SPECIAL SESSION on ICT FOR PEACE
At the November 2005 World Summit on the Information Society held in Tunis, the so-called Tunis Commitment (see http://www.itu.int/wsis/docs2/tunis/off/7.html for the full text) valued the potential of ICTs (Information and Communication Technologies) to promote peace and to prevent conflict which, inter alia, negatively affects achieving development goals. ICTs can be used for identifying conflict situations through early-warning systems, preventing conflicts, promoting their peaceful resolution, supporting humanitarian action, including protection of civilians in armed conflicts, facilitating peacekeeping missions, and assisting post conflict peace-building and reconstruction.
The organizers of this special session are all actively involved in the efforts of the ICT4Peace Foundation (www.ict4peace.org) to raise the awareness of and mainstream the Tunis Commitment in all stages of planning and executing crisis management and peace operations, and to enhance the performance of the international community in crisis management through the application of ICT that can facilitate effective and sustained communication between peoples, communities and stakeholders involved in crisis management, humanitarian aid and peacebuilding.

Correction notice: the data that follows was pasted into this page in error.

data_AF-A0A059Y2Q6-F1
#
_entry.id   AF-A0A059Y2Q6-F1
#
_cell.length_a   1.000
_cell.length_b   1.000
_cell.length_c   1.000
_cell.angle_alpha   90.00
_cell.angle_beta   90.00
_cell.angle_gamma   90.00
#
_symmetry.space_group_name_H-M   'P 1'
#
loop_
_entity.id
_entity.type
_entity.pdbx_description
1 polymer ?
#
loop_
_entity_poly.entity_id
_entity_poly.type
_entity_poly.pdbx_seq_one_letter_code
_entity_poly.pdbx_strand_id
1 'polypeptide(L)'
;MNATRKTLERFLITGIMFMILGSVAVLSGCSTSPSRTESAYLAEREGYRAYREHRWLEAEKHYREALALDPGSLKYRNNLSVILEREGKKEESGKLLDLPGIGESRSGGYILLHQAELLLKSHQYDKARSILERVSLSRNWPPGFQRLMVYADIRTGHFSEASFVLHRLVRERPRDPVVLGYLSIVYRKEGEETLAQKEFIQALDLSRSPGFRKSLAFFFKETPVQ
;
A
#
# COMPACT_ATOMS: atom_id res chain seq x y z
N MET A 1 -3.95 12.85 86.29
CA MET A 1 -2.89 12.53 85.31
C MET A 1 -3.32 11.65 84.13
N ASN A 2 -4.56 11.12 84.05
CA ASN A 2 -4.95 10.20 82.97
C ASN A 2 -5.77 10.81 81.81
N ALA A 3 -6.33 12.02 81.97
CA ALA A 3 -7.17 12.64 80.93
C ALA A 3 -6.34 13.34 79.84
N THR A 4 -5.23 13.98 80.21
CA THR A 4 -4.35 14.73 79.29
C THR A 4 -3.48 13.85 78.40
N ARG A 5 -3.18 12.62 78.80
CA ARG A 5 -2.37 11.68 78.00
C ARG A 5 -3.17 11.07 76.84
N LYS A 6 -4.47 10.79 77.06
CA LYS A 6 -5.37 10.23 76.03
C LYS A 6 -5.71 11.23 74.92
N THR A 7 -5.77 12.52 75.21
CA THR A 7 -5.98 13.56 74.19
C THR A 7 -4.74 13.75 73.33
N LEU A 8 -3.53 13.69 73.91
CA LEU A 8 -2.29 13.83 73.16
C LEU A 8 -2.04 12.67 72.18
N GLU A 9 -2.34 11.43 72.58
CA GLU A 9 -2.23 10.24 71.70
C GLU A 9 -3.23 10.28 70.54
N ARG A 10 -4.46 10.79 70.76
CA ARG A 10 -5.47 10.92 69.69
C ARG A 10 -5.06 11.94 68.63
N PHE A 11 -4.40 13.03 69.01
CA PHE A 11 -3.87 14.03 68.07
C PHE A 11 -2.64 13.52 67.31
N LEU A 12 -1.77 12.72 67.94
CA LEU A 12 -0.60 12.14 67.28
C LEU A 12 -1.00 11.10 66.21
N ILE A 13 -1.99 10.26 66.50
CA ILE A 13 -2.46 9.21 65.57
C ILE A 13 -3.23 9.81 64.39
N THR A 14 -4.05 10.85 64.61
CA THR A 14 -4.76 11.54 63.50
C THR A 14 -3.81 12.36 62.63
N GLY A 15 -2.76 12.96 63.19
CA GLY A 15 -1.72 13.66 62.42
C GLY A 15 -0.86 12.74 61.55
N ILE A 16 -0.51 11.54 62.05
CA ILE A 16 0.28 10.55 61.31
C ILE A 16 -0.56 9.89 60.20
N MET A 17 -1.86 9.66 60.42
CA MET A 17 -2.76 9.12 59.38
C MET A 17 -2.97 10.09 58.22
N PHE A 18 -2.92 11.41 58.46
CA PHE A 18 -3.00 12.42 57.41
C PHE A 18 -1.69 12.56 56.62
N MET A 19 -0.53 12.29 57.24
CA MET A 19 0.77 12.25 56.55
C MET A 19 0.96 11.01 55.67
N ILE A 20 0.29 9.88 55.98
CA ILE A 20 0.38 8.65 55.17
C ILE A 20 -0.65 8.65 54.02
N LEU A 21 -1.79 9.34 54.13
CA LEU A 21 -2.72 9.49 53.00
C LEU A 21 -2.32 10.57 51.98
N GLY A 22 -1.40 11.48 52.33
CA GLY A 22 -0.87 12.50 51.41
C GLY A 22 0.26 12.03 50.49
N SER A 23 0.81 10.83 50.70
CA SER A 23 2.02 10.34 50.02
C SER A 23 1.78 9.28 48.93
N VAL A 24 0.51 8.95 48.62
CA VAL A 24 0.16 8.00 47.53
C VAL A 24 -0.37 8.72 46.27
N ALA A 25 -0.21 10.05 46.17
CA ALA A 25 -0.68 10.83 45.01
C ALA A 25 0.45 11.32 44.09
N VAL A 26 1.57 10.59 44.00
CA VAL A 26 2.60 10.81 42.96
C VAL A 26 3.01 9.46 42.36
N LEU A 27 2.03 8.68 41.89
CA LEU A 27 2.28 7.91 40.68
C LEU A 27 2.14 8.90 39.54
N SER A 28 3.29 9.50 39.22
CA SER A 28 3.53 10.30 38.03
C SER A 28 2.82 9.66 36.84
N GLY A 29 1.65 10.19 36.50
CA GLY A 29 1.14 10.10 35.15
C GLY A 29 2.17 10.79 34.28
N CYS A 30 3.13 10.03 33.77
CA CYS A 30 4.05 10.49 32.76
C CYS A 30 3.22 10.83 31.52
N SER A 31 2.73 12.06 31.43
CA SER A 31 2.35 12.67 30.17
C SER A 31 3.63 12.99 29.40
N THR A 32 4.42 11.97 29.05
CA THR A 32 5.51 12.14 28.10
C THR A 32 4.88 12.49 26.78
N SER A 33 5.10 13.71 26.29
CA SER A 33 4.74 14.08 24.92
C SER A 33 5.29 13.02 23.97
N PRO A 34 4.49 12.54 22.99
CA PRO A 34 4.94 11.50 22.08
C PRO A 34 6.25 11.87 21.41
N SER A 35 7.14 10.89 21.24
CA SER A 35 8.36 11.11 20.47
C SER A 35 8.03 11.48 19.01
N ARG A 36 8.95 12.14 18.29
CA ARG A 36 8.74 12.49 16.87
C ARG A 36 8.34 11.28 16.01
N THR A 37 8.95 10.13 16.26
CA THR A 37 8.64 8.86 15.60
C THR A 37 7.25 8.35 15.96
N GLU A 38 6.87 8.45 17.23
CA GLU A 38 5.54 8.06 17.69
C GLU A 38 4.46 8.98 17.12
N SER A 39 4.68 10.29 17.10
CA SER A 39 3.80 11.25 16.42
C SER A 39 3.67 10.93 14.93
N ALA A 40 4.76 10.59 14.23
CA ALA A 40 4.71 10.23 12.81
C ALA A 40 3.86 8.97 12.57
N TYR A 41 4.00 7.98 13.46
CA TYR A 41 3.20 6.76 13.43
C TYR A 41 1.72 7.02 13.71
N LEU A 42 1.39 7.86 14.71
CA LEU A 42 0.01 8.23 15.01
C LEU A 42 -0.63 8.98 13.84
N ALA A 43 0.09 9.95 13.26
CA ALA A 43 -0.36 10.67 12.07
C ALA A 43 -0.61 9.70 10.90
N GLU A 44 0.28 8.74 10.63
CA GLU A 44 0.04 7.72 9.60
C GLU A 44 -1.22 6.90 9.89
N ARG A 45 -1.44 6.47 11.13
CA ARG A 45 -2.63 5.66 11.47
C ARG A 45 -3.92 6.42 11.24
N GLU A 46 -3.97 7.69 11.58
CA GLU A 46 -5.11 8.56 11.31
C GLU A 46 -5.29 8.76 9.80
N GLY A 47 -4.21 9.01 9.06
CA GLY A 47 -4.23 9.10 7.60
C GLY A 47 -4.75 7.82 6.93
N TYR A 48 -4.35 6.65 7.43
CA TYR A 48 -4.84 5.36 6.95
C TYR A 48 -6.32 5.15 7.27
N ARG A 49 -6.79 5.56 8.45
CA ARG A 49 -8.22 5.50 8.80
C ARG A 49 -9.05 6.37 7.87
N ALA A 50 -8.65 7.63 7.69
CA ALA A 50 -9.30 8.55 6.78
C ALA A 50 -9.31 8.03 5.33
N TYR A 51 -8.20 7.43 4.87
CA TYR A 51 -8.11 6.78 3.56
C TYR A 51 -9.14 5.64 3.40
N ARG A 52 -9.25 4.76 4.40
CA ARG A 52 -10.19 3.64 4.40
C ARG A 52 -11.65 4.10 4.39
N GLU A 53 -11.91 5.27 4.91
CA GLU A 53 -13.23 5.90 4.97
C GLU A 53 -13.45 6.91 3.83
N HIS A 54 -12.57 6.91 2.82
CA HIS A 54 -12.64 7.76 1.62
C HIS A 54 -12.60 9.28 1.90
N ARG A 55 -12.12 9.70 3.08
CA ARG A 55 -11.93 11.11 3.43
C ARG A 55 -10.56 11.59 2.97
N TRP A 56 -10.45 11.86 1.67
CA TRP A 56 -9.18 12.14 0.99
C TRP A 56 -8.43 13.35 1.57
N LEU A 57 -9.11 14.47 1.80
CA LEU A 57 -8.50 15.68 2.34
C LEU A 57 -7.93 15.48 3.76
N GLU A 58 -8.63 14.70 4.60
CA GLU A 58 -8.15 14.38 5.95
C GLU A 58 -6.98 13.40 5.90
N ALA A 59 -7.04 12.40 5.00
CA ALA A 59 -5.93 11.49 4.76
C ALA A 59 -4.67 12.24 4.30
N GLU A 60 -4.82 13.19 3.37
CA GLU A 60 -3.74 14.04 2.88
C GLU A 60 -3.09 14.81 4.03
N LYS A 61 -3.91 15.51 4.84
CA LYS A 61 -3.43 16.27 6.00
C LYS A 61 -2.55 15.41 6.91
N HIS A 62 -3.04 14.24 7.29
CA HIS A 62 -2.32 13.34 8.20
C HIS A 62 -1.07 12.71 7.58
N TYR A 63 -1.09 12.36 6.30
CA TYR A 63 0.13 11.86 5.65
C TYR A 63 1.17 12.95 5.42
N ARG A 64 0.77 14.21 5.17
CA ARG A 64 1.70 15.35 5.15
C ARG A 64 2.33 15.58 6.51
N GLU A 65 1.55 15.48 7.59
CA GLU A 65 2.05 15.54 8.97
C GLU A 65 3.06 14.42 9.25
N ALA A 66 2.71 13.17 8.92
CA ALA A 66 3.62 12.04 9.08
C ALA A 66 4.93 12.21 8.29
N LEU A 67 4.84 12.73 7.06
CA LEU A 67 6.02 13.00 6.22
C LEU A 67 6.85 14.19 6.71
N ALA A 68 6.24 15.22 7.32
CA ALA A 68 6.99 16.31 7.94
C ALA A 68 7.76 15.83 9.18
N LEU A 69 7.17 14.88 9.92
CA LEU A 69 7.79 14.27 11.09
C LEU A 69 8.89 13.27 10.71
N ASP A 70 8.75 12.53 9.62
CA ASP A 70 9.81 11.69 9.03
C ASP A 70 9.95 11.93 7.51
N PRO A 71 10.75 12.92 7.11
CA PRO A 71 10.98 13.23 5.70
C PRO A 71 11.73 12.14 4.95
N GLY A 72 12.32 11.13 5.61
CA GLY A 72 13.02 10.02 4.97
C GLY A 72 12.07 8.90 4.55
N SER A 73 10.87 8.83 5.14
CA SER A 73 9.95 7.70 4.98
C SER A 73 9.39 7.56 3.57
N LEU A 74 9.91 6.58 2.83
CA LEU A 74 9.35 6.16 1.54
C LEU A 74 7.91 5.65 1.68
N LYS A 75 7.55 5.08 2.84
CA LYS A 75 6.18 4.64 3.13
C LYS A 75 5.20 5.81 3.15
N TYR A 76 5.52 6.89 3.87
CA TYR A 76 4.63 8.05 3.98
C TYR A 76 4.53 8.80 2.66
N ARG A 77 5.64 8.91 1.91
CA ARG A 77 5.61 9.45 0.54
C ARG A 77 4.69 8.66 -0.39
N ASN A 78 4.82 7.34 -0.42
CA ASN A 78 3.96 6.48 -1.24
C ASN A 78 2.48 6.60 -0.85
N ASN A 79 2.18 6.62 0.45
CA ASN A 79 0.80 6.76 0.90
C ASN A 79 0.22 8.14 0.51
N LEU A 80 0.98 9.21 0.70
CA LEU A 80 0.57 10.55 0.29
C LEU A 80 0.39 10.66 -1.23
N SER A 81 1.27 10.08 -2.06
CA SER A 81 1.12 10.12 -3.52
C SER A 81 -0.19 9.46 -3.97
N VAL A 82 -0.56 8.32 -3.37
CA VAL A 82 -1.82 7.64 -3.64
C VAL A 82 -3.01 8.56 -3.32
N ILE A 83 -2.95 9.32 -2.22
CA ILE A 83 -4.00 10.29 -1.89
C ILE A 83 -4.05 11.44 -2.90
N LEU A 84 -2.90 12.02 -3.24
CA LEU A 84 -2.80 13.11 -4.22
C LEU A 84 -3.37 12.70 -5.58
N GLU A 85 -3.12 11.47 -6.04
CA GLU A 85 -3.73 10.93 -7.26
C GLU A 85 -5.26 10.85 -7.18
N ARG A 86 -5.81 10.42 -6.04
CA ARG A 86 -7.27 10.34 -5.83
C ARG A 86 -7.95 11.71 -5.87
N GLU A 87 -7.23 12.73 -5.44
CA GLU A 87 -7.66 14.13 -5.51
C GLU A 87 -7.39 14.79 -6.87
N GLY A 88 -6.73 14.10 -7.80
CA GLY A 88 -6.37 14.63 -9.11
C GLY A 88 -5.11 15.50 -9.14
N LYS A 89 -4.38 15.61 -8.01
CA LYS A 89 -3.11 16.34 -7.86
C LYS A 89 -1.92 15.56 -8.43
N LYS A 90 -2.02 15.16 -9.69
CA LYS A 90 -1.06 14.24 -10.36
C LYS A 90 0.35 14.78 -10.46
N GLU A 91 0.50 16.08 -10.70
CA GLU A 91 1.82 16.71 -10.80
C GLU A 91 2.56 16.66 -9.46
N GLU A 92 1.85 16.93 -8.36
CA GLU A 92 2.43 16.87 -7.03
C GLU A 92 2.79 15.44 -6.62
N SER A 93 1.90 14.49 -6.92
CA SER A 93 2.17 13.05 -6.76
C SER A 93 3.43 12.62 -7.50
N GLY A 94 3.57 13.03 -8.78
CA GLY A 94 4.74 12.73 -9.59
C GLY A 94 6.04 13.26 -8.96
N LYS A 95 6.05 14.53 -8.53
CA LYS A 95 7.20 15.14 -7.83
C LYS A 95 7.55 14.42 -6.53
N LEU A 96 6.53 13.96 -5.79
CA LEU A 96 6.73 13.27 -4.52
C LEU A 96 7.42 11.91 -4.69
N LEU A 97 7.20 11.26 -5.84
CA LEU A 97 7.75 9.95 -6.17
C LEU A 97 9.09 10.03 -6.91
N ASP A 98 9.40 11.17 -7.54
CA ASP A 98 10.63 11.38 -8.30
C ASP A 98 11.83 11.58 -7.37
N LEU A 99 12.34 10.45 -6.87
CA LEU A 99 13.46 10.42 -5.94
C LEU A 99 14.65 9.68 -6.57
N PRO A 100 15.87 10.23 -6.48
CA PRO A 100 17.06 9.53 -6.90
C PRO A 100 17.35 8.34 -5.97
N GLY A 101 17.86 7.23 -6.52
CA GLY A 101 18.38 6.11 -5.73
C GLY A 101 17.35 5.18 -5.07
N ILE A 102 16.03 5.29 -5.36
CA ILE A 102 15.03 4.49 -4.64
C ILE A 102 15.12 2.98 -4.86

Crisis management is defined, for the purposes of this process, as civilian and/or military intervention in a crisis that may be a violent or non-violent with the intention of preventing a further escalation of the crisis and facilitating its resolution. This definition covers peace mediation, peace-keeping and peace-building activities of the international community. Victims of man-made and natural disasters as well as violent and protracted ethno-political conflict are often severely disadvantaged on account of existing ICT mechanisms that fail to adequately facilitate knowledge and information transfers, augment collaboration and complement multi-stakeholder initiatives.